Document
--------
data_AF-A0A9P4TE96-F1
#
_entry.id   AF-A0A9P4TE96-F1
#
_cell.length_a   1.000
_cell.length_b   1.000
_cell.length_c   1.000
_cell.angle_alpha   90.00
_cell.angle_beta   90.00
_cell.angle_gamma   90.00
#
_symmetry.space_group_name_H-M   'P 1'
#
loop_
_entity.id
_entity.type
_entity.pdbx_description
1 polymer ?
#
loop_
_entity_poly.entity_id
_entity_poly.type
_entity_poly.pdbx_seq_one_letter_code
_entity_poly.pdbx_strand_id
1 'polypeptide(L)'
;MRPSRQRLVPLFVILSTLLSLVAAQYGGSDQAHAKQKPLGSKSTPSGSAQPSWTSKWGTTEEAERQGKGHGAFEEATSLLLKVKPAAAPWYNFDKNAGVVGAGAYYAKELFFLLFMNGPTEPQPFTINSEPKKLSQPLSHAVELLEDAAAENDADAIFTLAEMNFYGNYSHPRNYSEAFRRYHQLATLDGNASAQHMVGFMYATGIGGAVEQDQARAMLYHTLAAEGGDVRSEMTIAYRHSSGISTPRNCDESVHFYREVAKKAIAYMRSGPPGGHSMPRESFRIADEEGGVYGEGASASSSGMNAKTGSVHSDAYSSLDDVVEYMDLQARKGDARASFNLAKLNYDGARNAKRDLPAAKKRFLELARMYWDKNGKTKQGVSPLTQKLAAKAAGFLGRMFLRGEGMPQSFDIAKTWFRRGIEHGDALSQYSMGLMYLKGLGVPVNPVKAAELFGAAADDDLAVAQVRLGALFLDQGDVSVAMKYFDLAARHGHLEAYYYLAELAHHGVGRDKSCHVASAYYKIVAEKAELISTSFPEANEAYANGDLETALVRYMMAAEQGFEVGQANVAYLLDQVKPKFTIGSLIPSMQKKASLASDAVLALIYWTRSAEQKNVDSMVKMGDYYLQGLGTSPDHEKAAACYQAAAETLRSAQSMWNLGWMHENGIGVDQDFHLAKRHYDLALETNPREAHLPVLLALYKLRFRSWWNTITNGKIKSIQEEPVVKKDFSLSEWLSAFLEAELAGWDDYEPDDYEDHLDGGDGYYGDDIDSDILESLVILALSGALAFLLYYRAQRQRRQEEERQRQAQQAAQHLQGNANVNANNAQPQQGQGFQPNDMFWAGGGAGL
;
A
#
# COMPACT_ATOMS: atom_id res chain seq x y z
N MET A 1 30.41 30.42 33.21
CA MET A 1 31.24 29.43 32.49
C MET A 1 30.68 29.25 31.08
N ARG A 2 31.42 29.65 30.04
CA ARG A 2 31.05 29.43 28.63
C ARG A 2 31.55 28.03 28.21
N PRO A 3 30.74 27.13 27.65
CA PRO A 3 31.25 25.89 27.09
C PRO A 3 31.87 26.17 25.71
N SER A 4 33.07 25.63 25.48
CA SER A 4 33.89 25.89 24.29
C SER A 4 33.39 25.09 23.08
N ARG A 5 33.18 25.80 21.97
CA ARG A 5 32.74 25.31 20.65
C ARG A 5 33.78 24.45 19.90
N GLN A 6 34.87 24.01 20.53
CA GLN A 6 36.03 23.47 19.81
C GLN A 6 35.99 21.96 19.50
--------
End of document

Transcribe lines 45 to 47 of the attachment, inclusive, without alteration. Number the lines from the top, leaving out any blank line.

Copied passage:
C ARG A 5 33.78 24.45 19.90
N GLN A 6 34.87 24.01 20.53
CA GLN A 6 36.03 23.47 19.81